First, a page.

Editorials

Our Voice: A week left to comment on Hanford Reach

The White Bluffs along the Columbia River have been part of the Hanford Reach National Monument since 2000.
The White Bluffs along the Columbia River have been part of the Hanford Reach National Monument since 2000. Courtesy Tom Foster

People care more about places they have visited.

That’s a thought members of the Lower Columbia Basin Audubon Society have been considering for several months. In particular, they think it is time to figure out a way to improve public access near the Hanford Reach National Monument.

Rick Leaumont and Dana Ward, both local Audubon leaders, met with the Tri-City Herald Editorial Board last week on their concern for President Donald Trump’s decision to review 27 national monuments established in the past 20 years.

The Hanford Reach is on that list.

We already have taken the position that the review is unnecessary and unsettling.

The presidential order was provoked, in part, by a few Utah politicians who want national monument land in their state made available for oil and gas drillers, and potash mining companies.

But the effort goes beyond Utah, and poses a threat to usurping federal protection of some of the most scenic and culturally significant lands in the country.

As it happens, Leaumont and Ward said local Audubon members already were discussing the need to open up more land near the Hanford Reach before Trump gave his order.

Seeing it is the best way to appreciate it, they said.

We agree.

The Hanford Reach National Monument covers nearly 200,000 acres of mostly shrub-steppe land that is home to rare birds, elk, deer and other wildlife. While it is a popular location for hunters and anglers, about 70 percent is closed to the public.

Balancing preservation with public access is a challenge. Leaumont said the trick is to open up more land to the public, while at the same time protect it from “people loving it to death.”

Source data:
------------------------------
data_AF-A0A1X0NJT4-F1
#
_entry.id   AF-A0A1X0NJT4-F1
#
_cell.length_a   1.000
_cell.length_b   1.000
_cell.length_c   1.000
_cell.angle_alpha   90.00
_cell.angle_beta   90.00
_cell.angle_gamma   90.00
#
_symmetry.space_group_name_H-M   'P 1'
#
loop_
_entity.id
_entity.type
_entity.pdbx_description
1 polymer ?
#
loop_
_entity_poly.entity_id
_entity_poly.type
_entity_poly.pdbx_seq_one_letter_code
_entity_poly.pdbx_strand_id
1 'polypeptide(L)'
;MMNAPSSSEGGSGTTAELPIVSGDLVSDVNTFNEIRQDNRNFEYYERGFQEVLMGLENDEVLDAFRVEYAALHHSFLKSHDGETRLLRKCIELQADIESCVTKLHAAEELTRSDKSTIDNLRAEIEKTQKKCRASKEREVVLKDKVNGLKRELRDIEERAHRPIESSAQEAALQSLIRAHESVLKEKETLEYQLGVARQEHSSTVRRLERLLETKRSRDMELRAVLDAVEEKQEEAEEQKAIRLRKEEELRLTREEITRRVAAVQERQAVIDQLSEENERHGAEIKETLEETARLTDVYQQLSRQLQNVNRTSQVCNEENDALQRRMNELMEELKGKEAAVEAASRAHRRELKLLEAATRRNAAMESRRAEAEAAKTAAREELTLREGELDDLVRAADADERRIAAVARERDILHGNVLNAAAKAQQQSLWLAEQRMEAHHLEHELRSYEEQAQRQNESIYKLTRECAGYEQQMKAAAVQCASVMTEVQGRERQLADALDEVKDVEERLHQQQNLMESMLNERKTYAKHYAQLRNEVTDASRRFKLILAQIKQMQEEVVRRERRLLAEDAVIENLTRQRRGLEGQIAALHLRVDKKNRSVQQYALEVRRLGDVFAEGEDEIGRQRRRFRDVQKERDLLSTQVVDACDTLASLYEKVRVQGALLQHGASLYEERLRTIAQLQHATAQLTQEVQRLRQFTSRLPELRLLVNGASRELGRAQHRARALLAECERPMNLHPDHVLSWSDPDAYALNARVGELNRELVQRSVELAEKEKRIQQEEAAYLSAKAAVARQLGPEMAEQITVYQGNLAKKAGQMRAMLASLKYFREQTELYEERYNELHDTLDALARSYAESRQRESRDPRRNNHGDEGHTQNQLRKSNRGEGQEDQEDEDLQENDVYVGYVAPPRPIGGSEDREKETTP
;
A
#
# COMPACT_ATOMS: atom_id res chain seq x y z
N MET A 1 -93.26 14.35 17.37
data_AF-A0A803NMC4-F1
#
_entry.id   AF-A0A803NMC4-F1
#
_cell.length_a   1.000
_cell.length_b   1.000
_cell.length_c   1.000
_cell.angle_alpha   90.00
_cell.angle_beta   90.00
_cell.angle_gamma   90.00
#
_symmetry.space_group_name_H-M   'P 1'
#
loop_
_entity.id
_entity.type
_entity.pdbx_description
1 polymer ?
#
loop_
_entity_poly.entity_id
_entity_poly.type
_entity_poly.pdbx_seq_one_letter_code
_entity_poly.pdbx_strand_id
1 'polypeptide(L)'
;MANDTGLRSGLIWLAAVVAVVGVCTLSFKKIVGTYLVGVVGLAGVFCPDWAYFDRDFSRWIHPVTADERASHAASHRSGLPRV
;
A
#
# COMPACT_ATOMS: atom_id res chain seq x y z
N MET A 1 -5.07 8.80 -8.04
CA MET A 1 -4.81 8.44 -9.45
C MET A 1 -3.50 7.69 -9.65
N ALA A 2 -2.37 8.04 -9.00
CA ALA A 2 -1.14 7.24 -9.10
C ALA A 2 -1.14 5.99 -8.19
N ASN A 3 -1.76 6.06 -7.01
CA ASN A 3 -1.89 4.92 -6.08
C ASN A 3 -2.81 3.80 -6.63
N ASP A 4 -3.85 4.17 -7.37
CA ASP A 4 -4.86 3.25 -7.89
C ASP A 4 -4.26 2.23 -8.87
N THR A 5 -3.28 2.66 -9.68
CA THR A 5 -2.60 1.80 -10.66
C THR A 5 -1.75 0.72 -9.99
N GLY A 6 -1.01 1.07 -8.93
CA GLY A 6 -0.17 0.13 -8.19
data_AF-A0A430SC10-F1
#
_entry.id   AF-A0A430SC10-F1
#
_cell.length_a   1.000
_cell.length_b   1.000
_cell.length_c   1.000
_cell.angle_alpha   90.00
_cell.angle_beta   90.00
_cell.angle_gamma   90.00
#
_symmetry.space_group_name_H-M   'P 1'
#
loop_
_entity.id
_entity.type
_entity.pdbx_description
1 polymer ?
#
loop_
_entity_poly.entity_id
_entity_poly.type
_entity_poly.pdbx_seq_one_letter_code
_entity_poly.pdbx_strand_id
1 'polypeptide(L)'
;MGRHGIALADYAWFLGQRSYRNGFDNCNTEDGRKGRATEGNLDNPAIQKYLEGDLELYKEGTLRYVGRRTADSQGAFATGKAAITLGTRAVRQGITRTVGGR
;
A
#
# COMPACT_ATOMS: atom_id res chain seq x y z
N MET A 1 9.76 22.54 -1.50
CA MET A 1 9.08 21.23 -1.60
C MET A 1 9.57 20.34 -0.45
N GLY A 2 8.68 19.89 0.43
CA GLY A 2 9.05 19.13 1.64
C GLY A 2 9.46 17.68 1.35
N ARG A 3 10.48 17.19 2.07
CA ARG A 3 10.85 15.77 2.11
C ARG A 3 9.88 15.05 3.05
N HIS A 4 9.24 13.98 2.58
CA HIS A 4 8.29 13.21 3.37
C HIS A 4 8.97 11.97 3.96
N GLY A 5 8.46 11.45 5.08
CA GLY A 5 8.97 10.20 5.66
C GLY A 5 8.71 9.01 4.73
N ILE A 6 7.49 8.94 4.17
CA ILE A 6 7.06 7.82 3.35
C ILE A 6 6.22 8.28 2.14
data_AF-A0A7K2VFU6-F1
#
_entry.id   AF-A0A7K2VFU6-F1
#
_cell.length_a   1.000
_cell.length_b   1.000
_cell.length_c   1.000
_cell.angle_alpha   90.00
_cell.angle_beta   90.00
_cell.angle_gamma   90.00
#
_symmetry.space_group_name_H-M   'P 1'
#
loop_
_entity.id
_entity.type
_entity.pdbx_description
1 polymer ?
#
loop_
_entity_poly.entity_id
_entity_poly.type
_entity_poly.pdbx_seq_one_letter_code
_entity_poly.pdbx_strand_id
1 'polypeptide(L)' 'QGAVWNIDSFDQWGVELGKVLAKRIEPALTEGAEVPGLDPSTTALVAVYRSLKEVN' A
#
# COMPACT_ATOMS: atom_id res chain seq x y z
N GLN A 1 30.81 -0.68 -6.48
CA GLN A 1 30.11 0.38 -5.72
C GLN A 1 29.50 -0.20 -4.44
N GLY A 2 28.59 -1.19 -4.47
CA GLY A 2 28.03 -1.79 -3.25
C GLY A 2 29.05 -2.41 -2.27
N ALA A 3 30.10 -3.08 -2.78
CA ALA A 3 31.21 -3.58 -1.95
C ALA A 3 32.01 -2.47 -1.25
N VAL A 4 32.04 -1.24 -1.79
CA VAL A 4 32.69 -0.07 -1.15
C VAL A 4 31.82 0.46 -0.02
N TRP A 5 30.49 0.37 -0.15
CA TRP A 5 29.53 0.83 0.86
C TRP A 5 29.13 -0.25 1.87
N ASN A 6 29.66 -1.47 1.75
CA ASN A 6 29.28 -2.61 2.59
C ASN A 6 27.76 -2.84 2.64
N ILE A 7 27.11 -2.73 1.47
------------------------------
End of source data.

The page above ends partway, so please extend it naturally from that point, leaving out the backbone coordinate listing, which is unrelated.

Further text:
Comments can be submitted at regulations.gov by entering “DOE-2017-0002” in the search bar and clicking “search.” Or mail to Monument Review, MS-1530, U.S. Department of the Interior, 1849 C Street NW, Washington, DC 20240.

Audubon members were in preliminary stages of creating a plan for more public access when Trump ordered the U.S. Department of Interior to proceed with the national monument review.

They planned to unveil a proposal this fall, but have shifted their focus to saving the Hanford Reach.

Now they would like the community to rally in favor of protecting Hanford Reach land and weigh in on the issue. The public comment period began May 12, and will run until July 10.

That gives Tri-Citians just another week to make their opinions known.

Comments can be submitted at regulations.gov by entering “DOI-2017-0002” in the search bar and clicking “search,” or by mail to Monument Review, MS-1530, U.S. Department of the Interior, 1849 C Street N.W., Washington, DC 20240.

Although the attention now must be given to ensuring the Hanford Reach maintains its national monument status, the idea of improving public access in that area is a good one — and one that has been discussed before.

In 2013, the Tri-City Development Council and the Tri-Cities Visitor and Convention Bureau hired a consultant to look at the potential for more recreational access as Hanford lands are released after cleanup. The study created a vision for hiking and biking trails and camping, but the momentum dropped off.

The local Audubon Society should work with TRIDEC and Visit Tri-Cities and other civic organizations before submitting any plans of its own to government agencies involved. A united voice is bound to be more powerful and more effective.

Leaumont said meeting with the Herald editorial board was a first, preliminary step in getting the discussion for improved public access to the Hanford Reach rekindled.

If anything, Trump’s order to review the country’s national monuments is renewing our appreciation for the Reach and its pristine beauty. The local Audubon Society is right in thinking there should be more access to it so more people can enjoy it.

And in the meantime, we should encourage keeping it a national monument.

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